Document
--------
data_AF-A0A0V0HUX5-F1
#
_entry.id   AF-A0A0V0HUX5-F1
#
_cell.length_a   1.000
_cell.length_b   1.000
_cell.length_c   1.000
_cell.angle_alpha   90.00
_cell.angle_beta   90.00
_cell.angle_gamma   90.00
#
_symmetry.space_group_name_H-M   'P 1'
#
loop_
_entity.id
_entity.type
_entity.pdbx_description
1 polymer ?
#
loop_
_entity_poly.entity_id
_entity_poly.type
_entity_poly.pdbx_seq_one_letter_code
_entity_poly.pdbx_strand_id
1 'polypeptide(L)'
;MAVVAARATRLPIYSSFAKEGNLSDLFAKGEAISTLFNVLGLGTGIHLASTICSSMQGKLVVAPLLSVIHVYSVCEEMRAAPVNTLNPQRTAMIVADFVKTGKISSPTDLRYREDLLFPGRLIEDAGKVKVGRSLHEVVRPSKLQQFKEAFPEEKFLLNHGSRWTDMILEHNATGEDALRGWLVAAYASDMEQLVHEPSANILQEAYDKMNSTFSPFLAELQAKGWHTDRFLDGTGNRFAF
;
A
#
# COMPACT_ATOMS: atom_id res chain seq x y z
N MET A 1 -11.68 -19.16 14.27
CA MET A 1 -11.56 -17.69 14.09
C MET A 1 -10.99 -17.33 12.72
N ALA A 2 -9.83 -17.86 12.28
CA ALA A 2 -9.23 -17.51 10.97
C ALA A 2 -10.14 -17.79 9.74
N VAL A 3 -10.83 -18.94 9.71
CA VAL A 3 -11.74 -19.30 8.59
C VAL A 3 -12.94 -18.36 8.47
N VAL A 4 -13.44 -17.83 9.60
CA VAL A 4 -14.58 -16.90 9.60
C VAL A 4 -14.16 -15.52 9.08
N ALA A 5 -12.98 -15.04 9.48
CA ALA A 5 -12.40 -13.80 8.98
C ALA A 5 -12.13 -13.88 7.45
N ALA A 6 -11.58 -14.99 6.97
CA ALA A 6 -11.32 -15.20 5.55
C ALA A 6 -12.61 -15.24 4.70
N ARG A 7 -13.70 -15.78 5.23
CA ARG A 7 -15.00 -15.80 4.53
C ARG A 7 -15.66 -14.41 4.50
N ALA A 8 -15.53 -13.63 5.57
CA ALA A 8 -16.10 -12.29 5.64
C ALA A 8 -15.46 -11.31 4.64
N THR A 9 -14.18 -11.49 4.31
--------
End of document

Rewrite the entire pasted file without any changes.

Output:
data_AF-A0A0V0HUX5-F1
#
_entry.id   AF-A0A0V0HUX5-F1
#
_cell.length_a   1.000
_cell.length_b   1.000
_cell.length_c   1.000
_cell.angle_alpha   90.00
_cell.angle_beta   90.00
_cell.angle_gamma   90.00
#
_symmetry.space_group_name_H-M   'P 1'
#
loop_
_entity.id
_entity.type
_entity.pdbx_description
1 polymer ?
#
loop_
_entity_poly.entity_id
_entity_poly.type
_entity_poly.pdbx_seq_one_letter_code
_entity_poly.pdbx_strand_id
1 'polypeptide(L)'
;MAVVAARATRLPIYSSFAKEGNLSDLFAKGEAISTLFNVLGLGTGIHLASTICSSMQGKLVVAPLLSVIHVYSVCEEMRAAPVNTLNPQRTAMIVADFVKTGKISSPTDLRYREDLLFPGRLIEDAGKVKVGRSLHEVVRPSKLQQFKEAFPEEKFLLNHGSRWTDMILEHNATGEDALRGWLVAAYASDMEQLVHEPSANILQEAYDKMNSTFSPFLAELQAKGWHTDRFLDGTGNRFAF
;
A
#
# COMPACT_ATOMS: atom_id res chain seq x y z
N MET A 1 -11.68 -19.16 14.27
CA MET A 1 -11.56 -17.69 14.09
C MET A 1 -10.99 -17.33 12.72
N ALA A 2 -9.83 -17.86 12.28
CA ALA A 2 -9.23 -17.51 10.97
C ALA A 2 -10.14 -17.79 9.74
N VAL A 3 -10.83 -18.94 9.71
CA VAL A 3 -11.74 -19.30 8.59
C VAL A 3 -12.94 -18.36 8.47
N VAL A 4 -13.44 -17.83 9.60
CA VAL A 4 -14.58 -16.90 9.60
C VAL A 4 -14.16 -15.52 9.08
N ALA A 5 -12.98 -15.04 9.48
CA ALA A 5 -12.40 -13.80 8.98
C ALA A 5 -12.13 -13.88 7.45
N ALA A 6 -11.58 -14.99 6.97
CA ALA A 6 -11.32 -15.20 5.55
C ALA A 6 -12.61 -15.24 4.70
N ARG A 7 -13.70 -15.78 5.23
CA ARG A 7 -15.00 -15.80 4.53
C ARG A 7 -15.66 -14.41 4.50
N ALA A 8 -15.53 -13.63 5.57
CA ALA A 8 -16.10 -12.29 5.64
C ALA A 8 -15.46 -11.31 4.64
N THR A 9 -14.18 -11.49 4.31